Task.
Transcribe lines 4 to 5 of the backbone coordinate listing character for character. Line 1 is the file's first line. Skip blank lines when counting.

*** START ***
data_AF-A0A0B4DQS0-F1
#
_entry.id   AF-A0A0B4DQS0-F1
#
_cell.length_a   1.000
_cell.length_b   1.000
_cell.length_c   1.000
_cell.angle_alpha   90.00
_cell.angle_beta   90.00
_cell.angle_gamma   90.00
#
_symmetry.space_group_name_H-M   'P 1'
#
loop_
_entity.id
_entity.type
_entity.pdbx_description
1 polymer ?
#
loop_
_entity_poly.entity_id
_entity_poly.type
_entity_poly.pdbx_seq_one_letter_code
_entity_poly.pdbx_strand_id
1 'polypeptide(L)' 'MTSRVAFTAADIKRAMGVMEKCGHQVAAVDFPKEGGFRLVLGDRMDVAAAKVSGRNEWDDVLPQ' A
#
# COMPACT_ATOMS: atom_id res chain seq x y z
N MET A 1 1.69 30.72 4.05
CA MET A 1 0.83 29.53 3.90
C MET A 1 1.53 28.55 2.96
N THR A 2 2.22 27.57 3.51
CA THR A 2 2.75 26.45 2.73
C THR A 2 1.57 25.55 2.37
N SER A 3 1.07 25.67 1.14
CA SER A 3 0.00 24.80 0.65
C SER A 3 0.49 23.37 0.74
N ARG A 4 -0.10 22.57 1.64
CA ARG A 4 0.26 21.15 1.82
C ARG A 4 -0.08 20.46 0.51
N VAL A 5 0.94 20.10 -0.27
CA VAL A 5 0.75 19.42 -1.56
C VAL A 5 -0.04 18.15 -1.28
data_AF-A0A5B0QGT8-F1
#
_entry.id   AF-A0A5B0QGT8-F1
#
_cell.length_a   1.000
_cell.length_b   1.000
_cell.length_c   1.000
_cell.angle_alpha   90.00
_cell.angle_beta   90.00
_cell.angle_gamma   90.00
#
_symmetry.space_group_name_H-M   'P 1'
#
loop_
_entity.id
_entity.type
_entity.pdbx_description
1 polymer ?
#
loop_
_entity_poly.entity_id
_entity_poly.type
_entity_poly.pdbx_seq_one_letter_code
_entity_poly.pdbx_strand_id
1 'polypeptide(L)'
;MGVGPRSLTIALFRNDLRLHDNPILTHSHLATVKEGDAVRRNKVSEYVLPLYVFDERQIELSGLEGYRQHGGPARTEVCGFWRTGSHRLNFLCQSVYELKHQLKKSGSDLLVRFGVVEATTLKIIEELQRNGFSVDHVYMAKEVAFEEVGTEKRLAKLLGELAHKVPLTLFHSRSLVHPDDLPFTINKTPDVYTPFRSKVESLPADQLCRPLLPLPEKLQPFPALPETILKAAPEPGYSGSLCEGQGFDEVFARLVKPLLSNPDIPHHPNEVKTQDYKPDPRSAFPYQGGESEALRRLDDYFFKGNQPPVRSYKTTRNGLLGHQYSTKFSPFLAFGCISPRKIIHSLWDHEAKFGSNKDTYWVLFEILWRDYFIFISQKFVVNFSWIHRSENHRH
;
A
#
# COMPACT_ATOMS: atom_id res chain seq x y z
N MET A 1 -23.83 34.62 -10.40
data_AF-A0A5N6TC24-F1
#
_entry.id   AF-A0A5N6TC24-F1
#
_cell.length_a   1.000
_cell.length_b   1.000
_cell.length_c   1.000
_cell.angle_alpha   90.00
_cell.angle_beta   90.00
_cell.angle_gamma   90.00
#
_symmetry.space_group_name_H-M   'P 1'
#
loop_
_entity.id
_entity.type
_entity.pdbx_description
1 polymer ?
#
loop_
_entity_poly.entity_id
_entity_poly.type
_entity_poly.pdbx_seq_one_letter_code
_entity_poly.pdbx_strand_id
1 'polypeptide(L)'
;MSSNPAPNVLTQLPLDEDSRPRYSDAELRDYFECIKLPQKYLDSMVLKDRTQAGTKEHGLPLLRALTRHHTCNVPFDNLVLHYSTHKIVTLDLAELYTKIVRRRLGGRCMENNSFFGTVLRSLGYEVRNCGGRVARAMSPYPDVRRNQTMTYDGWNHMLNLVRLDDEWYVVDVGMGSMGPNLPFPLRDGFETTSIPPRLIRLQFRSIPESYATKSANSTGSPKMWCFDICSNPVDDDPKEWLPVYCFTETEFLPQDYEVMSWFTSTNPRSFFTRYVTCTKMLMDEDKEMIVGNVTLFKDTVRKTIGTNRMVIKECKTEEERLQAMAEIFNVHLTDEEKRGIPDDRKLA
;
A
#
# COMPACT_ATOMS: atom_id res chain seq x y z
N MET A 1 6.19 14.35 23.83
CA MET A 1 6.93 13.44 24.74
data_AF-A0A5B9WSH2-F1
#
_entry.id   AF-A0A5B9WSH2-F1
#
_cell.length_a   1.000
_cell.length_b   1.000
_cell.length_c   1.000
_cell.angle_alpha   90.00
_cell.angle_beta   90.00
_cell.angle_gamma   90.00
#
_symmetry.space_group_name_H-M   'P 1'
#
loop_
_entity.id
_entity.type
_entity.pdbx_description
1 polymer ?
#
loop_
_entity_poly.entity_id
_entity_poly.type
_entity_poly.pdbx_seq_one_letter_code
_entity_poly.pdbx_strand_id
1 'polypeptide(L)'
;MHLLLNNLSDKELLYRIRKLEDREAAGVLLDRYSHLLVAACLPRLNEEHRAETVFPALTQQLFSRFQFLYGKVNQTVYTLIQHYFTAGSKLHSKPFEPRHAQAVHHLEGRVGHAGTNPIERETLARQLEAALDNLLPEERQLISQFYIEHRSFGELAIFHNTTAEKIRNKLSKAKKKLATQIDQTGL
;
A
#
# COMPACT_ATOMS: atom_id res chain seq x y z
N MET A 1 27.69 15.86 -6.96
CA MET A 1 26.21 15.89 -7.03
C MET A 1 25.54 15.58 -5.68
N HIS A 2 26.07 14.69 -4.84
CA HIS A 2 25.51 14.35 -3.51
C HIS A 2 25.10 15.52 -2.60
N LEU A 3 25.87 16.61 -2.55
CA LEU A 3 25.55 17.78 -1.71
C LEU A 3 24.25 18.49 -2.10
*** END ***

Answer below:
#
_cell.length_a   1.000